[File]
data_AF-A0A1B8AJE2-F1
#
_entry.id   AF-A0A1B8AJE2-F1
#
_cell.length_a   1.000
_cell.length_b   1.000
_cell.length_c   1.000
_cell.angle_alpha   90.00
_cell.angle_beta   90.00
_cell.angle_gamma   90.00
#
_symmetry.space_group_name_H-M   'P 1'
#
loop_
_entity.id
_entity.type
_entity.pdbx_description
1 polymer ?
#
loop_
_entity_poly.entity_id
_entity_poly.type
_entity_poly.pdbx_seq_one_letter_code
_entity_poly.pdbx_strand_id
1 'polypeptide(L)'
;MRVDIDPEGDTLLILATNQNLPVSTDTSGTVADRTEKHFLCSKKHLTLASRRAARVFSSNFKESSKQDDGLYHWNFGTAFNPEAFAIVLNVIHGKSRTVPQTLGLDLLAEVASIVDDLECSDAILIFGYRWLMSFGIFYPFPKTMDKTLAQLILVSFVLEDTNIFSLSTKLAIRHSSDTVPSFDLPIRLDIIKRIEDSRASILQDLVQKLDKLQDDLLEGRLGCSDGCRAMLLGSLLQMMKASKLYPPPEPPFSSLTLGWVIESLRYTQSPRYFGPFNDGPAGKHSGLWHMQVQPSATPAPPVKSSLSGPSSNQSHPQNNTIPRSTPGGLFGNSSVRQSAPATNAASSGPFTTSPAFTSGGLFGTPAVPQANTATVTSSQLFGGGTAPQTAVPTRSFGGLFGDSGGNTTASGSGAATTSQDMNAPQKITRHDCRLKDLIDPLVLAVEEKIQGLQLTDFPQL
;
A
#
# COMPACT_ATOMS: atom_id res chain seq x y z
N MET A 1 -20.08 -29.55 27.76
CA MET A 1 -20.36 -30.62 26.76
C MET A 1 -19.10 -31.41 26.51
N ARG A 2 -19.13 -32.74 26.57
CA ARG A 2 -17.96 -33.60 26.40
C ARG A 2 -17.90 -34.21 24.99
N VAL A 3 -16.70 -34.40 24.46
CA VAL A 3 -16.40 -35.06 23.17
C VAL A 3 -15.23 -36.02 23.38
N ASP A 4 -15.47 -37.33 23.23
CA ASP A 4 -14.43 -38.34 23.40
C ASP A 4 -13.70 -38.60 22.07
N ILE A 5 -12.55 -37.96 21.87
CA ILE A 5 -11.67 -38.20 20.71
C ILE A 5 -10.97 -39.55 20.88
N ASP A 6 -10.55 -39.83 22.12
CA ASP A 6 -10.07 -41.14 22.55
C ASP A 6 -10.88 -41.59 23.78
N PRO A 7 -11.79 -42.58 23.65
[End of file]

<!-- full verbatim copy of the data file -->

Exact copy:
data_AF-A0A1B8AJE2-F1
#
_entry.id   AF-A0A1B8AJE2-F1
#
_cell.length_a   1.000
_cell.length_b   1.000
_cell.length_c   1.000
_cell.angle_alpha   90.00
_cell.angle_beta   90.00
_cell.angle_gamma   90.00
#
_symmetry.space_group_name_H-M   'P 1'
#
loop_
_entity.id
_entity.type
_entity.pdbx_description
1 polymer ?
#
loop_
_entity_poly.entity_id
_entity_poly.type
_entity_poly.pdbx_seq_one_letter_code
_entity_poly.pdbx_strand_id
1 'polypeptide(L)'
;MRVDIDPEGDTLLILATNQNLPVSTDTSGTVADRTEKHFLCSKKHLTLASRRAARVFSSNFKESSKQDDGLYHWNFGTAFNPEAFAIVLNVIHGKSRTVPQTLGLDLLAEVASIVDDLECSDAILIFGYRWLMSFGIFYPFPKTMDKTLAQLILVSFVLEDTNIFSLSTKLAIRHSSDTVPSFDLPIRLDIIKRIEDSRASILQDLVQKLDKLQDDLLEGRLGCSDGCRAMLLGSLLQMMKASKLYPPPEPPFSSLTLGWVIESLRYTQSPRYFGPFNDGPAGKHSGLWHMQVQPSATPAPPVKSSLSGPSSNQSHPQNNTIPRSTPGGLFGNSSVRQSAPATNAASSGPFTTSPAFTSGGLFGTPAVPQANTATVTSSQLFGGGTAPQTAVPTRSFGGLFGDSGGNTTASGSGAATTSQDMNAPQKITRHDCRLKDLIDPLVLAVEEKIQGLQLTDFPQL
;
A
#
# COMPACT_ATOMS: atom_id res chain seq x y z
N MET A 1 -20.08 -29.55 27.76
CA MET A 1 -20.36 -30.62 26.76
C MET A 1 -19.10 -31.41 26.51
N ARG A 2 -19.13 -32.74 26.57
CA ARG A 2 -17.96 -33.60 26.40
C ARG A 2 -17.90 -34.21 24.99
N VAL A 3 -16.70 -34.40 24.46
CA VAL A 3 -16.40 -35.06 23.17
C VAL A 3 -15.23 -36.02 23.38
N ASP A 4 -15.47 -37.33 23.23
CA ASP A 4 -14.43 -38.34 23.40
C ASP A 4 -13.70 -38.60 22.07
N ILE A 5 -12.55 -37.96 21.87
CA ILE A 5 -11.67 -38.20 20.71
C ILE A 5 -10.97 -39.55 20.88
N ASP A 6 -10.55 -39.83 22.12
CA ASP A 6 -10.07 -41.14 22.55
C ASP A 6 -10.88 -41.59 23.78
N PRO A 7 -11.79 -42.58 23.65